Good Samaritan (Who Is My Neighbor) (Salvation) (Jesus)
25 On one occasion an expert in the law stood up to test Jesus. ‘Teacher,’ he asked, ‘what must I do to inherit eternal life?’ 26 ‘What is written in the Law?’ he replied. ‘How do you read it?’ 27 He answered, ‘“Love the Lord your God with all your heart and with all your soul and with all your strength and with all your mind”[c]; and, “Love your neighbor as yourself.” 28 ‘You have answered correctly,’ Jesus replied. ‘Do this and you will live.’ 29 But he wanted to justify himself, so he asked Jesus, ‘And who is my neighbor?’ 30 In reply Jesus said: ‘A man was going down from Jerusalem to Jericho, when he was attacked by robbers. They stripped him of his clothes, beat him and went away, leaving him half-dead. 31 A priest happened to be going down the same road, and when he saw the man, he passed by on the other side. 32 So too, a Levite, when he came to the place and saw him, passed by on the other side. 33 But a Samaritan, as he travelled, came where the man was; and when he saw him, he took pity on him. 34 He went to him and bandaged his wounds, pouring on oil and wine. Then he put the man on his own donkey, brought him to an inn and took care of him. 35 The next day he took out two denarii[e] and gave them to the innkeeper. “Look after him,” he said, “and when I return, I will reimburse you for any extra expense you may have.” 36 ‘Which of these three do you think was a neighbour to the man who fell into the hands of robbers?’ 37 The expert in the law replied, ‘The one who had mercy on him.’ Jesus told him, ‘Go and do likewise.’ Luke 10:25-37
The Basic Bible Truth
This parable is an astonishing example of the greatest teacher the world has ever known, answering the most important question anyone can ever ask: “How do I get to Heaven?” Jesus, the author of salvation, is asked how to be saved. His answer is incredible.
Our Lord, as He walked this earth and taught us about God, utilized parables frequently. The people who heard Him firsthand were in awe of His message. They were impressed by the confidence demonstrated as He imparted an astonishing comprehension of Scripture—He knew His subject well. Few methods of communication are as effective at conveying and explaining complex thoughts and issues as is the parable. Jesus used them regularly in His public discourses. We will take an in- depth look at arguably the most recognizable of all of Jesus’ parables. “The Parable of the Good Samaritan”, as it is commonly entitled, is a unique story with significance and background in the third chapter of Genesis.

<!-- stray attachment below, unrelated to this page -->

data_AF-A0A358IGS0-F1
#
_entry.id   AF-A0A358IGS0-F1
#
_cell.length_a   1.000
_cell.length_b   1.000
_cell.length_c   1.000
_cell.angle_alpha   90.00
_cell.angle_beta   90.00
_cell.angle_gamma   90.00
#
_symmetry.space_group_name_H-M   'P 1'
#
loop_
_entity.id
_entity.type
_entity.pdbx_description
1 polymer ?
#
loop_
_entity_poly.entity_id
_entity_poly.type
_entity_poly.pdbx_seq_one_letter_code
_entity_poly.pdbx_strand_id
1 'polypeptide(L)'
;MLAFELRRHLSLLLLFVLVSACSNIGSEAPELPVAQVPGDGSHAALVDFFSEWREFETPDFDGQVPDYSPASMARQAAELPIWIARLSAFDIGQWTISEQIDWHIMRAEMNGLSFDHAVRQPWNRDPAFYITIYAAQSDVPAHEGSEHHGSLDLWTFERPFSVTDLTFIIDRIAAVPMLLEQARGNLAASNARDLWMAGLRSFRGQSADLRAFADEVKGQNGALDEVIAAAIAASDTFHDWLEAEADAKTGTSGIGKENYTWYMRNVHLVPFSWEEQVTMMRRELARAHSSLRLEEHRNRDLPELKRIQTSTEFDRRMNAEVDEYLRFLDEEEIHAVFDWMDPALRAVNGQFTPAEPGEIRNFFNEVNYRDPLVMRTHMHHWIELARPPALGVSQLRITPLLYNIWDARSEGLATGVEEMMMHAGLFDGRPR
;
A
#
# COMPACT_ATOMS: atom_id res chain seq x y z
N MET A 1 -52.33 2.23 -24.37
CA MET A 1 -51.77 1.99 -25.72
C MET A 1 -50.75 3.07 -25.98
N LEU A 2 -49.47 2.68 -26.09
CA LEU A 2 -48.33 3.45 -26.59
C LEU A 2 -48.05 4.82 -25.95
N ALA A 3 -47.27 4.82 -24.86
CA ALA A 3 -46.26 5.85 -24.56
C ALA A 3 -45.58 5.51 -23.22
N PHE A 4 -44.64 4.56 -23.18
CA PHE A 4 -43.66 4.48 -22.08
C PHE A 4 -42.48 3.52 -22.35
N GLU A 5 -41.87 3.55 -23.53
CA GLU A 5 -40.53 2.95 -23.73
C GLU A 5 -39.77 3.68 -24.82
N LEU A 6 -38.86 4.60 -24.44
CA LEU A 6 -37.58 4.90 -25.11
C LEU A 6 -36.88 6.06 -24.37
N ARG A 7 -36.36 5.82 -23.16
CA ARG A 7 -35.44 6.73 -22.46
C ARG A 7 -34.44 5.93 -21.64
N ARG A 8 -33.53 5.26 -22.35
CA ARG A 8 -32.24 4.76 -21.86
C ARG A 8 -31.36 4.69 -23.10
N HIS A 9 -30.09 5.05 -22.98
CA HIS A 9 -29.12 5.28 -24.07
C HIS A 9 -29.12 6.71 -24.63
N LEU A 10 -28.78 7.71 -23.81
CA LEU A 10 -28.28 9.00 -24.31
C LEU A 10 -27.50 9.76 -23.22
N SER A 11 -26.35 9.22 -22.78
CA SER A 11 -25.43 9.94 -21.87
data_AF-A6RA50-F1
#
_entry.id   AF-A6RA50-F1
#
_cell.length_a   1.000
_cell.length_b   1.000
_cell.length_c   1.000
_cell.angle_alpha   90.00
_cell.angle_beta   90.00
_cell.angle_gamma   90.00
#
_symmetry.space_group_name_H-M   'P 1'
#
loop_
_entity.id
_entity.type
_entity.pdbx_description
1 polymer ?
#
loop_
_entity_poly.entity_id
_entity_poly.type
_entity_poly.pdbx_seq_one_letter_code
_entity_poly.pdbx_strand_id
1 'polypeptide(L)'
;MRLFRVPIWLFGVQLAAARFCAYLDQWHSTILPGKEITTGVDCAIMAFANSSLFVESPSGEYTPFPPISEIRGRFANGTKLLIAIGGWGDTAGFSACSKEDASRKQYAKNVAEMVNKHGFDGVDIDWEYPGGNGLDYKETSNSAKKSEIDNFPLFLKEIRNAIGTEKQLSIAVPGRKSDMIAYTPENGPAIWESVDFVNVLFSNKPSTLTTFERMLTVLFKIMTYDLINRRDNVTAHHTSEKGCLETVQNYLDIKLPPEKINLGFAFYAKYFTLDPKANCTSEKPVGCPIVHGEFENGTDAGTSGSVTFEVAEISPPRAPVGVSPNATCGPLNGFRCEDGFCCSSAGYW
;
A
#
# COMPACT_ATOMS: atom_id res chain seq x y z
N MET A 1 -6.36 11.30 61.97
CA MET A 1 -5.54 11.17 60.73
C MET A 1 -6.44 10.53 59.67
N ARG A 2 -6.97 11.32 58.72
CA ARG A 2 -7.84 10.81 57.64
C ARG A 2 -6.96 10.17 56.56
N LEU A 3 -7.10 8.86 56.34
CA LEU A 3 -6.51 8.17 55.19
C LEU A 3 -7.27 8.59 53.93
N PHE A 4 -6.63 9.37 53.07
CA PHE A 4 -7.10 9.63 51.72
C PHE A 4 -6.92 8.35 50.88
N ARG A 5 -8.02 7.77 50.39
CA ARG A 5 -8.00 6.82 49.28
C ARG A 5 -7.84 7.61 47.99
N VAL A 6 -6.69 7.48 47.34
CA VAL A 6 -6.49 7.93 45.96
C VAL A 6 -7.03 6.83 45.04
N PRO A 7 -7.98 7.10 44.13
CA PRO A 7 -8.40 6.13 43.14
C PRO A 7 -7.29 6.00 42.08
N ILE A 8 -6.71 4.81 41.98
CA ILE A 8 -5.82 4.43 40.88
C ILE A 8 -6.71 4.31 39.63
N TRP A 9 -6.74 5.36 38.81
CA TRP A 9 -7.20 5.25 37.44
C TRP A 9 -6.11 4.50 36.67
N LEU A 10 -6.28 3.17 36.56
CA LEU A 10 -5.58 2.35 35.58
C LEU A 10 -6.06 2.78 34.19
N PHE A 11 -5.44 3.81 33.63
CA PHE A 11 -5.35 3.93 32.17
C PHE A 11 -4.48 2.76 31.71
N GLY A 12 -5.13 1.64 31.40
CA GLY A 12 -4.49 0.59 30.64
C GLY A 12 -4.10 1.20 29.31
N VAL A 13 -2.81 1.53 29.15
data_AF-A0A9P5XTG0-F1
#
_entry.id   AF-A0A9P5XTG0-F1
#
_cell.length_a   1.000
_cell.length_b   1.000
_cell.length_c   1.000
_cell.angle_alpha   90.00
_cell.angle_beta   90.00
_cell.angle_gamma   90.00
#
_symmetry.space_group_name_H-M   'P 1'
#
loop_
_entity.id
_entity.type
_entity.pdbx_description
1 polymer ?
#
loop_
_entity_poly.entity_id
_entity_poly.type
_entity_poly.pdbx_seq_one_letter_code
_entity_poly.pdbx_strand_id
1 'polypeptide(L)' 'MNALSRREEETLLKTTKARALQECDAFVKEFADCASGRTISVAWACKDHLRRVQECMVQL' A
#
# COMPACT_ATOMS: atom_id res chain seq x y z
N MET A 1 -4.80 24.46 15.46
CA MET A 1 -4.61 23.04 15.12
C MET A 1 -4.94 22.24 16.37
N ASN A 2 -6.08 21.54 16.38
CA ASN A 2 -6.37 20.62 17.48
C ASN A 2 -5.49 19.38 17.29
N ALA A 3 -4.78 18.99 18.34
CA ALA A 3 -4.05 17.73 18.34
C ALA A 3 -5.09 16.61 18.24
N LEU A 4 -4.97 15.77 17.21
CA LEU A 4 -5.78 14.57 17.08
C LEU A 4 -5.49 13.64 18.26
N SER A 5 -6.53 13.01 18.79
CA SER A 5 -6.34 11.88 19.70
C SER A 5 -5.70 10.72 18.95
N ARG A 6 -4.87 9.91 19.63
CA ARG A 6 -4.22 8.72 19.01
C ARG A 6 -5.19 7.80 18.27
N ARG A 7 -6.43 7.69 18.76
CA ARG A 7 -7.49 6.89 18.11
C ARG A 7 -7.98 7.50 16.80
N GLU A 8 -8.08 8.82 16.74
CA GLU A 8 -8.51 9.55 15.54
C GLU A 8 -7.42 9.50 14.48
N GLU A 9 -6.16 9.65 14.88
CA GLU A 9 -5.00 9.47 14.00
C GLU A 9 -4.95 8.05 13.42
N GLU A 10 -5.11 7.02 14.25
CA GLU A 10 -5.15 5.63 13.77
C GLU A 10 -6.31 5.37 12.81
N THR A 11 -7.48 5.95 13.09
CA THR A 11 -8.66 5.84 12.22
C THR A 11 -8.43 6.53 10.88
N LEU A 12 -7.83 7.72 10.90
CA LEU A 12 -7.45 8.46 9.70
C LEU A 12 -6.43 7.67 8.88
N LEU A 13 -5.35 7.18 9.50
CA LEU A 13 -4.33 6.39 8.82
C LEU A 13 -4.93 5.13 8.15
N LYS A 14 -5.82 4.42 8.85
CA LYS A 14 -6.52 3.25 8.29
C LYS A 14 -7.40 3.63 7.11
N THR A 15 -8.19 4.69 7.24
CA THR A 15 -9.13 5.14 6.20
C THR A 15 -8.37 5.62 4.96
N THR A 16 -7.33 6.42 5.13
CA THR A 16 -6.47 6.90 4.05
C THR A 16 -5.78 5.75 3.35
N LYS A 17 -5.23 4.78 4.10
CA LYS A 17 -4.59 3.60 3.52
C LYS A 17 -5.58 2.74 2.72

Ordinarily, most will immediately think of the query posed by a man and recorded in Luke 10. He had asked Jesus a simple, but thoughtful question. Who is my neighbor? Familiarity with the story recorded there renders a memory of three people who came across a gentleman who was in dire need of assistance. Only one genuinely cared and came to his aid, and thus the answer to his curiosity became obvious. The Samaritan was the true neighbor. Countless sermons have been preached and lessons taught with this story and text as their foundation. There is, however, a commonly overlooked aspect to the entire episode recorded in Luke. It is worthwhile to expend reasonable effort to explore the most important truth to be discovered in the parable itself.
We will turn the clock back approximately two minutes in the narrative, and look a bit more at the context in which Jesus is speaking. Verse twenty-five discloses the man’s initial contact with Jesus. We learn that he actually proffered two questions, the second of which was the one concerning relationships with neighbors. His initial inquiry was of far greater significance. “Teacher,” he asked, “what must I do to inherit eternal life?” What an excellent example of the most important question anyone can ask! In our vernacular of today, the request might be worded slightly differently. How do I get to go to Heaven? What must I do to be saved? How do I become a Christian? All of our present day evangelistic efforts focus upon bringing an individual to the point in their life where they ask those questions. They can then address the recognized need for God in one’s life. Not only has this man asked the most crucial question of his lifetime, he has posed it to God Almighty, the Author of Life, the Savior of the world!
A prudent student would agree that the answer to that question, given by Jesus, the Son of God, would be worthy of note. As Christ did on some other occasions, He requested of this man to recount his understanding of the Law. His response was correct as he quoted Deuteronomy 6:5 and Leviticus 19:18. Jesus commended him for his proper comprehension of the Scripture, but the man immediately challenged Jesus with the second question regarding the definition of a neighbor. And the parable was shared with the crowd. But what became of the initial question?